6. Bunny83


    Oct 18, 2010
    Yes, that's also an option. Though compression may not be necessary depending on the exact usecase. In your case of course it makes totally sense. I once made this SerializableType which is a System.Type wrapper that can serialize any System.Type (even the most complex generic types) as a byte stream. It does not compress anything since most types would be just a a few hundred bytes. Though you could implement compression as well. It's just a matter of an additional using line :)
    orionsyndrome likes this.
  7. burningmime


    Jan 25, 2014
    All right, I put it into a byte array. Which trades GC pressure for serialization performance, so it's not a perfect solution. Unity only targets little-endian platforms, right? *waits for Sony to announce the PS6 uses z/Architecture*

    Code (CSharp):
    1. [Serializable]
    2. public struct HoleGeometrySection : ISerializationCallbackReceiver
    3. {
    4.     [NonSerialized] public float2[] vertices;
    5.     public int[] indices;
    6.     [SerializeField, HideInInspector] private byte[] _vertexData;
    8.     unsafe void ISerializationCallbackReceiver.OnBeforeSerialize()
    9.     {
    10.         if(vertices != null && vertices.Length > 0)
    11.         {
    12.             long byteLength = sizeof(float2) * vertices.Length;
    13.             if(_vertexData == null || _vertexData.Length != byteLength)
    14.                 _vertexData = new byte[byteLength];
    15.             fixed(void* pSrc = vertices)
    16.             fixed(void* pDst = _vertexData)
    17.                 UnsafeUtility.MemCpy(pDst, pSrc, byteLength);
    18.         }
    19.         else
    20.         {
    21.             _vertexData = Array.Empty<byte>();
    22.         }
    23.     }
    25.     unsafe void ISerializationCallbackReceiver.OnAfterDeserialize()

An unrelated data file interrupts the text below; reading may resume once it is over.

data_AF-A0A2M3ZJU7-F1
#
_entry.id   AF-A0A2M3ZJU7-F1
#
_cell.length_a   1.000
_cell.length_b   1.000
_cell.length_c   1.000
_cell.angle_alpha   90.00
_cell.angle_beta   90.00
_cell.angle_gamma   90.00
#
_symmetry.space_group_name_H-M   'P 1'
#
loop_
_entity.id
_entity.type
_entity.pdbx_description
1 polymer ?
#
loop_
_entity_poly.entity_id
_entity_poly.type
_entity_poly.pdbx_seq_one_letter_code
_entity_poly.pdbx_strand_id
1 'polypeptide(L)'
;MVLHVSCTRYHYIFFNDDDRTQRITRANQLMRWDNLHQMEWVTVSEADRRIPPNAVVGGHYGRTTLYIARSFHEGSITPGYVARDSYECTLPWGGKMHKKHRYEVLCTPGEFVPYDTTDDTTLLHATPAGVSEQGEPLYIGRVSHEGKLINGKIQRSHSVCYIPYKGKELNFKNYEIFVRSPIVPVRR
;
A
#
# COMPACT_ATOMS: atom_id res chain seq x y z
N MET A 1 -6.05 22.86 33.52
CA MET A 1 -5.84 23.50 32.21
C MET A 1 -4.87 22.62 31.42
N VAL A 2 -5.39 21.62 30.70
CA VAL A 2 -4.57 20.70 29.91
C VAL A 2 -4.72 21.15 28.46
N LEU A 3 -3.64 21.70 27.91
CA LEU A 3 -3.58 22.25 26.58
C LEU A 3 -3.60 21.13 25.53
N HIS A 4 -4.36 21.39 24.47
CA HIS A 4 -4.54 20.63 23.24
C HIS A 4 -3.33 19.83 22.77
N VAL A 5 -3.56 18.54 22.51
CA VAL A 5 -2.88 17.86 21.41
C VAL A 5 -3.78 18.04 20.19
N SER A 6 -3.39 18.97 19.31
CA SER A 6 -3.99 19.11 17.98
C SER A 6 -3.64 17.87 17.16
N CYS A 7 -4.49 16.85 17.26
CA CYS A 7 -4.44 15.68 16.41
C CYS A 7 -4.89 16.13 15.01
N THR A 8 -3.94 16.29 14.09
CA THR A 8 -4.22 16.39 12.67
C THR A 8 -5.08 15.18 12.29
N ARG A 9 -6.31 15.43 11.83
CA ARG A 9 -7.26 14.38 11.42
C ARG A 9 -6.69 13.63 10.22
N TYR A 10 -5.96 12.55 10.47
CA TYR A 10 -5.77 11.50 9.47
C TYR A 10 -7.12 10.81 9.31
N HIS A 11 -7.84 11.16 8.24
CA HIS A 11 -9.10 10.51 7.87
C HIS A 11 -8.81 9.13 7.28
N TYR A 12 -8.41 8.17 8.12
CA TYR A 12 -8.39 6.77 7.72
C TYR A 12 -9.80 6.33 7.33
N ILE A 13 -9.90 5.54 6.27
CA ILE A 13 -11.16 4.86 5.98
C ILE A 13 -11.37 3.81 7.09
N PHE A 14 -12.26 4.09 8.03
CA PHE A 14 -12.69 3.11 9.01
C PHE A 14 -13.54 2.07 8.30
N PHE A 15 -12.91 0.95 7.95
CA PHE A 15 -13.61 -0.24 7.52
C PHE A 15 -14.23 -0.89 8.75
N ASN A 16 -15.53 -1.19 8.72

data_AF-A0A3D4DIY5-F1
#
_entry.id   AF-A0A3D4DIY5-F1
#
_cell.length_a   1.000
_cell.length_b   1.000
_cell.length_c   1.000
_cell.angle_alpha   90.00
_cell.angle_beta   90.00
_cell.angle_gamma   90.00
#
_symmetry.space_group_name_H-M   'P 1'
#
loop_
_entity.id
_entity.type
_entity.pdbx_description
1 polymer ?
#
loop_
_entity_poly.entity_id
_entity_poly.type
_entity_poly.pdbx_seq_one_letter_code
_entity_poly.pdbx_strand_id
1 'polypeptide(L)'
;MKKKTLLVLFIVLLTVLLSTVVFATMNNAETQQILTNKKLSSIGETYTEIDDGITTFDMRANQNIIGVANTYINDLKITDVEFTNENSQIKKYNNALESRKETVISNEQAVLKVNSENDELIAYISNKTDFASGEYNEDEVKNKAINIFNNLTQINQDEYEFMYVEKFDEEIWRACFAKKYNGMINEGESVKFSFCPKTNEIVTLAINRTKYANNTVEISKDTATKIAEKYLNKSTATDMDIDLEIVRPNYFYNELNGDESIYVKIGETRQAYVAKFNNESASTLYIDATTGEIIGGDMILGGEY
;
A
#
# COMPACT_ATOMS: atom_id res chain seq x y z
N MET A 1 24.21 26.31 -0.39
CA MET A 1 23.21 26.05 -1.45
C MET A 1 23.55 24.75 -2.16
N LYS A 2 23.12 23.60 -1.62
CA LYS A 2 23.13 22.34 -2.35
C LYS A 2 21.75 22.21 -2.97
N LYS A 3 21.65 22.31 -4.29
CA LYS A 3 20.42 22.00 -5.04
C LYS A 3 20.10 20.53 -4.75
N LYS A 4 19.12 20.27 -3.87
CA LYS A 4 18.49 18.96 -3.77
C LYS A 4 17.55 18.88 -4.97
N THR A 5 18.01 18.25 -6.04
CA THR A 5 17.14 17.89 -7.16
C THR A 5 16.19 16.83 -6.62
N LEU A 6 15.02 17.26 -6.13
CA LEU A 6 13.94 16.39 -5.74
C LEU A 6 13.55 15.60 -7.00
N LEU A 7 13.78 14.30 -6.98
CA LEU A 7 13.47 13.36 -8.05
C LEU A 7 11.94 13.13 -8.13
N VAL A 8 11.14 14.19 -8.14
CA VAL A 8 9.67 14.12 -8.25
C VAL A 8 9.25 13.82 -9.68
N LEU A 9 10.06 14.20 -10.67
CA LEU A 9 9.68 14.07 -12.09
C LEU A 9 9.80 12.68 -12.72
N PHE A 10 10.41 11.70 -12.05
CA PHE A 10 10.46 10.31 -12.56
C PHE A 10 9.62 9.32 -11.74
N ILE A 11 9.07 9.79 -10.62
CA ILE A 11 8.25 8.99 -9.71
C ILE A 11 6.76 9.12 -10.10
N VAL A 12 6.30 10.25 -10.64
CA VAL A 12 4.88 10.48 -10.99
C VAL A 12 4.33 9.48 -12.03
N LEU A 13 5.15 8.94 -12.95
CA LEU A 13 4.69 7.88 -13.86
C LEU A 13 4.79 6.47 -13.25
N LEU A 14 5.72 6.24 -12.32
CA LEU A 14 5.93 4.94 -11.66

26.     {
    27.         if(_vertexData != null && _vertexData.Length >= sizeof(float2))
    28.         {
    29.             int vertexCount = _vertexData.Length / sizeof(float2);
    30.             if(vertices == null || vertices.Length != vertexCount)
    31.                 vertices = new float2[vertexCount];
    32.             long byteLength = sizeof(float2) * vertexCount;
    33.             fixed(void* pSrc = _vertexData)
    34.             fixed(void* pDst = vertices)
    35.                 UnsafeUtility.MemCpy(pDst, pSrc, byteLength);
    36.         }
    37.         else
    38.         {
    39.             vertices = Array.Empty<float2>();
    40.         }
    42.         // Reduce memory usage in the built player, and assume it'll never need to be re-serialized. In the editor,
    43.         // keep the temp array around to avoid GC pressure.
    44.         if(!Application.isEditor)
    45.             _vertexData = null;
    46.     }
    47. }
    Although Unity itself serializes as a big text files with decimal strings (eg save a Mesh as a
    file, or see
    s), so maybe it's not that bad. I can't really notice/measure performance witho
    Last edited: Mar 19, 2023
  8. Kurt-Dekker


    Mar 16, 2013
    While I certainly respect and appreciate your enthusiasm to dust off a good old
    and get to ransacking some memory, I think you can bypass all your endian concerns with
    because it actually has the
    read-only property you can hit.

    Also, not sure if your solution would work on WebGL, and perhaps not even on the mobile AOT targets.

    But hey, your data, your project! Nice solution. I wouldn'ta reached for unsafe; I've actually never been unsafe in C#, except to call interop into C/C++ endpoints... that's where I do my most spectacular memory damage actually.
    orionsyndrome likes this.
  9. burningmime


    Jan 25, 2014

    Just tested and it does work in WebGL

    I'd *hope* BitConverter in a loop would JIT compile down to be as fast as memcpy, but I don't really trust Mono ;-P.
    Last edited: Mar 19, 2023